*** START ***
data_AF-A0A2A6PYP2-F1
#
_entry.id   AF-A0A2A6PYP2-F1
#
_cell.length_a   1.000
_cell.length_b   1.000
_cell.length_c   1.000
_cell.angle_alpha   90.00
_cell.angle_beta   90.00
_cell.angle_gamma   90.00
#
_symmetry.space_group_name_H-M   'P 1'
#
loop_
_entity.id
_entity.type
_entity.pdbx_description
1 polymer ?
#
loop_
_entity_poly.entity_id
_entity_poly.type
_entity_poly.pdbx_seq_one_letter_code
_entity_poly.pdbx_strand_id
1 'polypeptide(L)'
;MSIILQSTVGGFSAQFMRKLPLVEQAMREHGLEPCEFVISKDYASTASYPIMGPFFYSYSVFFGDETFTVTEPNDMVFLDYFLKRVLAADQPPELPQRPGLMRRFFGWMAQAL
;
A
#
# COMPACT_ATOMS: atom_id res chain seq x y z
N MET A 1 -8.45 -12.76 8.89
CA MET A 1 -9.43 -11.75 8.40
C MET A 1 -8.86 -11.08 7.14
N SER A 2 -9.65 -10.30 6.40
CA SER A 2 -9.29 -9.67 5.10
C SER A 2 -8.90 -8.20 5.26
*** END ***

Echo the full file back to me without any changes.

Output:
data_AF-A0A2A6PYP2-F1
#
_entry.id   AF-A0A2A6PYP2-F1
#
_cell.length_a   1.000
_cell.length_b   1.000
_cell.length_c   1.000
_cell.angle_alpha   90.00
_cell.angle_beta   90.00
_cell.angle_gamma   90.00
#
_symmetry.space_group_name_H-M   'P 1'
#
loop_
_entity.id
_entity.type
_entity.pdbx_description
1 polymer ?
#
loop_
_entity_poly.entity_id
_entity_poly.type
_entity_poly.pdbx_seq_one_letter_code
_entity_poly.pdbx_strand_id
1 'polypeptide(L)'
;MSIILQSTVGGFSAQFMRKLPLVEQAMREHGLEPCEFVISKDYASTASYPIMGPFFYSYSVFFGDETFTVTEPNDMVFLDYFLKRVLAADQPPELPQRPGLMRRFFGWMAQAL
;
A
#
# COMPACT_ATOMS: atom_id res chain seq x y z
N MET A 1 -8.45 -12.76 8.89
CA MET A 1 -9.43 -11.75 8.40
C MET A 1 -8.86 -11.08 7.14
N SER A 2 -9.65 -10.30 6.40
CA SER A 2 -9.29 -9.67 5.10
C SER A 2 -8.90 -8.20 5.26